When Did This Change?


System users frequently ask this question when the documentation and communication of EHR changes are not handled effectively. Organizations sometimes overlook the importance of a good change management process as it pertains to their EHR application, which in turn affects the success of new EHR configurations. Change management in the context of an EHR build refers to “a project management process wherein changes to the scope of a project are formally introduced and approved [1]”. A good change management process involves many aspects that an organization should consider when implementing build changes in their EHR system:

1. Know the Process

The first key part of an effective change management structure is to outline and define the process. Knowing how changes will be tracked and communicated will benefit all parties involved, including key leadership personnel who may not be part of the day-to-day build discussions. Things to consider:

  • How will end-user requests be accepted?
  • In what forum will these changes be discussed and solidified?
  • What system/software will be used to document and communicate changes?
  • Who gives final approval for changes in the LIVE system, and how will those approvals be obtained?
  • If necessary, what is the rollback plan and how will it be accomplished?

2. Know the Resources

The next part of designing an effective change process is knowing who will be involved during the stages of the build. Without a method for assigning build items to specific resources, organizations risk delays in getting changes approved through the TEST/QA and ultimately into the LIVE environment. It is also important to involve the user(s) who requested the enhancement to provide additional details when needed and test the changes as well. People that should be involved:

  • Build team managers and at least one analyst
  • Support team managers and at least one end user support specialist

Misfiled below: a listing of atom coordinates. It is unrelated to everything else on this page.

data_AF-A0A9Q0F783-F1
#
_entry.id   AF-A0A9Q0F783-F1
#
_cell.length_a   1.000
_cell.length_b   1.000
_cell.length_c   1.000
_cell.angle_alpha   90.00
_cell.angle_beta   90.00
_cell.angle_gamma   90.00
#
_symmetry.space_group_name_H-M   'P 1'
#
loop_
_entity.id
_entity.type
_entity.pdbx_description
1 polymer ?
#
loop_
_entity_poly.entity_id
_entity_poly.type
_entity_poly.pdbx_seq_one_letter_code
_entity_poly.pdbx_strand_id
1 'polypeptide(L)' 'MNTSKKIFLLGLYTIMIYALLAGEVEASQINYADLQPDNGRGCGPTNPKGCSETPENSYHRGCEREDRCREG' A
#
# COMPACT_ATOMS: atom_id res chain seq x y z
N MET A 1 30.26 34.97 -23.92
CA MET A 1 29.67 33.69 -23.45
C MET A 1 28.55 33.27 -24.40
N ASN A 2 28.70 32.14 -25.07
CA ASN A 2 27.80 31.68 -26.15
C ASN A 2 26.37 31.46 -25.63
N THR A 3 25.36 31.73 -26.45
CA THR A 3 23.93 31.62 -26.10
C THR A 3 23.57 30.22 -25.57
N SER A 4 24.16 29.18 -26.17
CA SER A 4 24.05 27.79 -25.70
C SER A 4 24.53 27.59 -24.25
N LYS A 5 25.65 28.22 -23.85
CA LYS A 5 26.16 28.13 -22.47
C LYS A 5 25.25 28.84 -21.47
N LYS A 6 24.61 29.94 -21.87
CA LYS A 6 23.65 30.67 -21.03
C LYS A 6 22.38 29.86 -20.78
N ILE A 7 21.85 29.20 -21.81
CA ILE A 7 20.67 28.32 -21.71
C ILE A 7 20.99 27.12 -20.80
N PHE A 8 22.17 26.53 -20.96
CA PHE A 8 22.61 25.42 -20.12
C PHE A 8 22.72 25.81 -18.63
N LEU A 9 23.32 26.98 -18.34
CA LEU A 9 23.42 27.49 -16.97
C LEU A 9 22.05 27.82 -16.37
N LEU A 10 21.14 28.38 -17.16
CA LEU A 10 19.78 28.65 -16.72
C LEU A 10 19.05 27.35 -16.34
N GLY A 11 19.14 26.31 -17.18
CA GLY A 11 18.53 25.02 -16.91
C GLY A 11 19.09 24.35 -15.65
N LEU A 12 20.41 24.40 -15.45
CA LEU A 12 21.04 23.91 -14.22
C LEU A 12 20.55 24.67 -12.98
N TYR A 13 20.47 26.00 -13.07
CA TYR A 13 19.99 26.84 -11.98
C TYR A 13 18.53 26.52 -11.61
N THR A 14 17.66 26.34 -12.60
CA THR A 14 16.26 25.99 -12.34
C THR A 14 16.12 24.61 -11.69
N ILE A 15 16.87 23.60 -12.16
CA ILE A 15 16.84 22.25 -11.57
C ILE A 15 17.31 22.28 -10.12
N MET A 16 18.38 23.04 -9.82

• End user requesting the change
  • Leadership involved in approving changes

3. Know the Details

Another key aspect of the change process is understanding the details of the change and informing the affected parties when that change will take effect. Documenting and maintaining a well-organized change management form will help track key elements. Details to include in a change management document:

  • Who is making the request
  • What change is being requested
  • What specific build or configuration work is required to accomplish the request
  • When is it scheduled to be implemented in the TEST/QA system
  • How the change will be validated
  • When is it scheduled to be implemented in the LIVE system
  • The rollback plan, if applicable

4. Know What Happened

Lastly, establishing a process to track changes will provide a detailed log of who made what change when and why. It is beneficial to document the following in a change process tracking system:

  • When the change was implemented in the TEST/QA and LIVE systems
  • Details from the build analyst, complete with before and after screenshots if applicable
  • Who completed the testing and when it was completed
  • When end-users were notified
  • How the change affects the system’s users a month or so after the change is implemented


These are just a few of the many considerations when implementing a change management process. Every organization is unique and what works for one may not work for another and even the most efficient organizations can benefit from ongoing reassessments of how their process is functioning for their staff and most importantly, their end users.


References:
1. Filicetti, John (August 20, 2007). “Project Management Dictionary“. PM Hut. Retrieved 08/05/2014

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